Yes. Only 2 students everyone dropped before midterms. I understand up to isomorphism. Yeah I'm aware that it is ultimately the students job to learn the material, and oftentimes when going or already in a graduate program, we have to learn things on our own. Don't mind learning on my own, I am of the mentality that things should be learned for the sake of knowing them ie, ie no incentive, just to say aww I understand this, now let me show someone else. And he is not hard, I've had harder teachers but they were great lectures.

However, let's say you are an engineerir and you know you are not good at constructing bridges. If the bridges fall and you know you are not good at them. Should you be allowed to engineer? Same with teaching. If you are not a good teacher why teach? Go into the private sector instead.
 
  • #40
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The constructions for Geometry are absolutely needed. Studying without handling them is a highly inferior Geometry education. Also, not quite Origami, there are some excellent paper-fold activities which help in some geometric concepts and theorems. One of the Prentiss-Hall books included them.

The student must do his own learning. One should not expect the professor to put all the learning into you like installing a piece of software through an installer file. A teacher may help, and often is very helpful in helping to show a method or some other explanation or demonstration. Still, if only two students still in a class,...?

And are you talking about geometry for the classroom (yellow book)? It was a fun read, I prefer ed kisselev. Tho.
 
  • #41
symbolipoint
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And are you talking about geometry for the classroom (yellow book)? It was a fun read, I prefer ed kisselev. Tho.
I was referring to college preparatory "Euclidiean" Geometry as students study while in high school or the remedial course of comparable content at a community college.
 
  • #42
vanhees71
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However, there can be professors who are extremely brilliant, have created theories and useful research, however they can blow as educators.

I am experiencing this in my linear algebra class. The professor has written in countless journals, edits other people's research, and has multiple degrees (phd math, physics, masters engineering), the problem is he sucks as an educator. His test are basic, the problem is who have to teach yourself and we all have more than 1 class. There is literally 2 students in the class. He has a 90 percent failure rate for all classes. Surprised administration has not fired him.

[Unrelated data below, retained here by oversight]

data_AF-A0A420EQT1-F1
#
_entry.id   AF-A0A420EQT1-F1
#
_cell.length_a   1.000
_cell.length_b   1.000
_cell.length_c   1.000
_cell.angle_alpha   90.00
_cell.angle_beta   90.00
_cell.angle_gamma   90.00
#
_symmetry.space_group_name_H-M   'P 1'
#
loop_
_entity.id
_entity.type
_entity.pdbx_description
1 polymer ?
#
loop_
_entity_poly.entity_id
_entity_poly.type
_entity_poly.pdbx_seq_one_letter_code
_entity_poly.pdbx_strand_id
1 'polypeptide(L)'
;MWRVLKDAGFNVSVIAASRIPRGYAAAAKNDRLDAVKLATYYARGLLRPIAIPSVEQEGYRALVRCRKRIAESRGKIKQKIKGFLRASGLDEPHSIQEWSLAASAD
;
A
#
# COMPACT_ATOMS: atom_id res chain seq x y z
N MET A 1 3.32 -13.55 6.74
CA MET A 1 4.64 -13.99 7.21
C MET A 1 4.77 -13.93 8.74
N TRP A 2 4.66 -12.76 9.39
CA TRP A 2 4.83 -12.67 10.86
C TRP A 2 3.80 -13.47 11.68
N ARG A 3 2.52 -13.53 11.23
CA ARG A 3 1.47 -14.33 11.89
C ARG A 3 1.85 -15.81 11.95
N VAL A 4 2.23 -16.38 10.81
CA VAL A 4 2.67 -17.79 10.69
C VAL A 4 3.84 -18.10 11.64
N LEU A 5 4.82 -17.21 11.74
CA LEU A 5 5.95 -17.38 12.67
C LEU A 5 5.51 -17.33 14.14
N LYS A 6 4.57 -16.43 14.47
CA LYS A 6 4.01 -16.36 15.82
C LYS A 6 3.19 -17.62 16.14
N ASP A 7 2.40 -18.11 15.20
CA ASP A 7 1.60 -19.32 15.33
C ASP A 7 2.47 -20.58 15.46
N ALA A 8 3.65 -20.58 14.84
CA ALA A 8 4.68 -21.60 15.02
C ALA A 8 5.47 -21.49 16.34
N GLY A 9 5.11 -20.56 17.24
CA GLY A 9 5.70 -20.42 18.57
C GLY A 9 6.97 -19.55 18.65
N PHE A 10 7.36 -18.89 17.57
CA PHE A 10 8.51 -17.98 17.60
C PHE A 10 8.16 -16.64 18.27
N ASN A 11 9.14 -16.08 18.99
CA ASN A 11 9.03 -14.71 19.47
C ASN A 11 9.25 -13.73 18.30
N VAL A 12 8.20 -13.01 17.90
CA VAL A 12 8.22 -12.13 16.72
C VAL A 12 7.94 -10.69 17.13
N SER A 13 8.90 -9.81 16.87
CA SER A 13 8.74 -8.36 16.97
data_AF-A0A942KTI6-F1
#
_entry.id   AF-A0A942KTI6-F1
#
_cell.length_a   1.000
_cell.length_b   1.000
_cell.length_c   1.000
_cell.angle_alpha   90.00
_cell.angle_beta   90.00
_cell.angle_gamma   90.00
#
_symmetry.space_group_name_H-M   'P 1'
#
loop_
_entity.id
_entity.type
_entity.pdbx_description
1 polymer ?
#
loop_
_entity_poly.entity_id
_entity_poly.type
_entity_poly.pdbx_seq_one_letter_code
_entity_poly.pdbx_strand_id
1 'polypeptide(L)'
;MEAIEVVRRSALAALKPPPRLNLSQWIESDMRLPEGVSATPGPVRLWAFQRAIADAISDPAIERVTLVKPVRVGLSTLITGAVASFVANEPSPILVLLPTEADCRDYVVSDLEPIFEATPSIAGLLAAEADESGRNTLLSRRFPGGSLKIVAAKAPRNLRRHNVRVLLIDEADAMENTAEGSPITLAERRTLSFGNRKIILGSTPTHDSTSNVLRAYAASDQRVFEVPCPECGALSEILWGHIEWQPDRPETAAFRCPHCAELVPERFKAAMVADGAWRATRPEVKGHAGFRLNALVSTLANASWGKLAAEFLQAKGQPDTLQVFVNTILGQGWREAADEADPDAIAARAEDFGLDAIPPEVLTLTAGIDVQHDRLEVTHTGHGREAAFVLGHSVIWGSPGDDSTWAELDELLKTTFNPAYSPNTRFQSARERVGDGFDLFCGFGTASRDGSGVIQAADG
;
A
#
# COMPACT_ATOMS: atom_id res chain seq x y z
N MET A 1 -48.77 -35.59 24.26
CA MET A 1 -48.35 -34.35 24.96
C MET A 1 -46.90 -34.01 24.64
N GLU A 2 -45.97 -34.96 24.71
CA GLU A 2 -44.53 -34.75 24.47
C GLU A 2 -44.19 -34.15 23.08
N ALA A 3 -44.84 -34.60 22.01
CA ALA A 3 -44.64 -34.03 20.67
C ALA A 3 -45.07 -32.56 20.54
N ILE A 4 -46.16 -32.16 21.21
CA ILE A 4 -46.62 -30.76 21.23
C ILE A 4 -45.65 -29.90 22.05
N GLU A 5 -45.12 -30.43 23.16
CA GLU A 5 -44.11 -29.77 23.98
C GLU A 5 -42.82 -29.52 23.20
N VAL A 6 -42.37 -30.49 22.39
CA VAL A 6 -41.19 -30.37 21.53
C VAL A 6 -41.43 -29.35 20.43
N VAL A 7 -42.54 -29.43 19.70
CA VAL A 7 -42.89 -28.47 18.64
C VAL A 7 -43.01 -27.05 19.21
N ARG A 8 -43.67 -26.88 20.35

This is a problem. Mastering the subject is necessary but not sufficient for good teaching. Of course, you must at least have some passion for teaching. Many professors see teaching as a annoying inconvenience and their main passion is research. If you'd fire such people, you'd get rid of some of the most brillant scholars. It's well known that people like Bohr, Pauli, Dirac, and Einstein were lousy teachers although they did groundbreaking research and their papers are also very well written and understandable. Only if it came to prepare lectures for nice teaching, they didn't care much. And even the most brillant mind must prepare his or her lectures to make them good for the students. Of course, there are also counterexamples like Planck, Sommerfeld, and Feynman who all were brillant teachers on top of being geniusses in research.
 
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  • #43
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The last time I remember having a serious student/teacher conference it involved the parents, the dean, a guidance counsellor, a teacher rep from the NEA, and an administrator while I was almost lost in the crowd. The students have social media sites where they can vent against or rate teachers publicly. If you choose high school teaching be prepared to face that lack of support from the school administration.
 
  • #44
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I have no idea if this adds to the conversation or not, but one of the reasons why I decided to study physics was my high school physics teacher. (Mind you he was my biology teacher, then later my conceptual physics, then my IB (AP equivalent kinda) Physics teacher) Little did I know how difficult and extremely rewarding this major would be. I still thank him for leading me down this treacherous, mentally straining path.